When Scott and Kate Johansen's daughter gets into the college of her dreams it's cause for celebration. That is, until Scott and Kate (Will Ferrell and Amy Poehler) learn that the scholarship they were counting on didn't come through, and they're now on the hook for tuition they can't begin to afford.
"Once you go to the dark side it goes dark very quickly, trust me. I see fingers everywhere."
It's tough to see a great comedic cast come together under the guidance of a great comedic director and just not have things work out. Such is the case with The House starring Will Ferrell, Amy Poehler, and Jason Mantzoukas under the direction of comedy writer Andrew Jay Cohen. A smart cast with talent to burn and a clever premise for an "in over their head comedy" unfortunately just doesn't come together. The cast looks like they're having a great time, but the flick has the feeling of a bunch of friends getting together on the weekend to make a movie together without really letting the audience in on the fun.
Scott (Will Ferrell) and Kate Johansen (Amy Poehler) are leading an average middle-class life. They've got average people problems - including their daughter Alex (Ryan Simpkins) who is about to head off to an expensive college. While most would worry about financials, Alex has herself a full-ride scholarship. Problem solved…until the scholarship falls through (apparently they didn't apply for other scholarships, grants, or loans). Now the Johansens are strapped for time and cash. Fortunately, their pal Frank (Jason Mantzoukas) has an open house and a lot of free time after his wife left him. With an affinity for gambling, Scott, Kate, and Frank decide to open up a Vegas-style casino to get that extra cash to get Alex off to college. Things are going fine until a bunch of criminals get wind of the profitable action and decide they want their piece of the pie and the underground casino starts to get more action than it can handle.
On the surface, The House should be the makings of a solid dark comedy. An average middle America couple hits financial troubles and concocts a crazy scheme to raise cash that could only go wrong. An underground casino while perhaps not as subtle as say selling weed to college kids does work. It sets up the potential for vast profits quickly while also raising the stakes for a larger criminal element to impose their will on a group of people in way over their head. All of this is great plot setup for a comedy should have worked. Unfortunately "subtlety" and "restraint" are two words not found in this film's vocabulary.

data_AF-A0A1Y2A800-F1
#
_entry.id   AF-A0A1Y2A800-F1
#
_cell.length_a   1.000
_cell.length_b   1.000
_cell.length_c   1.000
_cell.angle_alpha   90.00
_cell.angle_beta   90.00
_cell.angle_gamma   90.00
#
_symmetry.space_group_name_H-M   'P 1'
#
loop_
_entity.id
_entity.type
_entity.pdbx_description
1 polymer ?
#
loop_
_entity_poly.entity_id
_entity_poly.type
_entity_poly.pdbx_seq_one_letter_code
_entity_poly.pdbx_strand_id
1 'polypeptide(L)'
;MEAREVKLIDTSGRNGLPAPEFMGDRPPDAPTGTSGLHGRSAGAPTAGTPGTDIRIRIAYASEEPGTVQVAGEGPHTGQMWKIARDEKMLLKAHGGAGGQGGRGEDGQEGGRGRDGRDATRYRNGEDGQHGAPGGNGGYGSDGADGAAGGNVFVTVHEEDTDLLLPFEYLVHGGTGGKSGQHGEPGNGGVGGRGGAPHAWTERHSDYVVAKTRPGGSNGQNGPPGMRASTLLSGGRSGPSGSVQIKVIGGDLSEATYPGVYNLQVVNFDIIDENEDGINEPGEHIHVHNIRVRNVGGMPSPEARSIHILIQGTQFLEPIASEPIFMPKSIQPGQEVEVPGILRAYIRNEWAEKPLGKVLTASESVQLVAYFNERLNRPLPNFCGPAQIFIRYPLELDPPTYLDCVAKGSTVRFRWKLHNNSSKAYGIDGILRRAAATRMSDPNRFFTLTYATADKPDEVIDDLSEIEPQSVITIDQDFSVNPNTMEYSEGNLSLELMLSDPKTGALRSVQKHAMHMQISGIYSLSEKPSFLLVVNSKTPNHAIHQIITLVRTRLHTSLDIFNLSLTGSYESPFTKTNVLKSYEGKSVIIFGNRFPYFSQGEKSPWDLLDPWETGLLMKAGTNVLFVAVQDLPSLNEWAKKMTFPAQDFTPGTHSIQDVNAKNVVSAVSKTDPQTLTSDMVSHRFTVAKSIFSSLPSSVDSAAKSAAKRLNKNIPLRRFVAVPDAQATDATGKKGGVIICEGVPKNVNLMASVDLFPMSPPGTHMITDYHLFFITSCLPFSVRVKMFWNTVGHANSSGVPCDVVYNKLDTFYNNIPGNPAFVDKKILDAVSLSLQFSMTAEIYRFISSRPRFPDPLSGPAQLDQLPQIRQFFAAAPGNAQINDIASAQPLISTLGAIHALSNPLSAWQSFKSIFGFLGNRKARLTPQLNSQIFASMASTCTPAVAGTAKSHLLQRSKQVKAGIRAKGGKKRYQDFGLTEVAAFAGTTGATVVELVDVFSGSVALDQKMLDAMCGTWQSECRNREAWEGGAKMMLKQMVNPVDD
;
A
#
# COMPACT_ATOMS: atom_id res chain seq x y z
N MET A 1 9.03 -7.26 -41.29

The film's problems begin almost instantly during a tour of Alex's school of choice. Will Ferrell and Amy Poehler are genuinely funny people, but together they don't make convincing parents. This is especially compounded when they noticeably go off script and fall back on their respective improv shticks forcing whoever is in the scene with them to react on the fly to whatever oddball thing they're saying to drum up some laughs. The trouble is they frequently do this and it's painfully not funny.
After his successes on projects like Neighbors, Neighbors 2, and the somewhat decent Mike and Dave Need Wedding Dates, Andrew Jay Cohen takes the leap from writer to director with The House. While this is an amiable effort, the plot scenario is clever, there's nothing new or exciting to separate this film from the numerous raunchy comedies of the past decade. The House is simply yet another suburban white people in over their heads movie. To be frank, that hand has played. Even the downright hilarious sequence of Will Ferrell accidentally cutting off the middle finger of a cheating gambler isn't enough to salvage this flick.
For me, comedy - even raunchy ones - are a balance of tact and taste against the grotesque and unexpected. It's a battle between highbrow and base that creates conflict the becomes hilarity. When a movie like The House starts low and just goes lower, there's not a lot of maneuverability. Even when you have a mobster played by Jeremy Renner to spice things up, there's only so much mileage you can get out of that before it too becomes stale. I'll say The House was certainly better than Neighbors 2, but that's not saying a whole lot. There are moments of genuine laughter - like the previously mentioned finger incident - but even those scant few moments can't make up for the entirety that this movie just wasn't that good. I like Will Ferrell and Amy Poehler, I enjoy their supporting cast, but they can do better than this.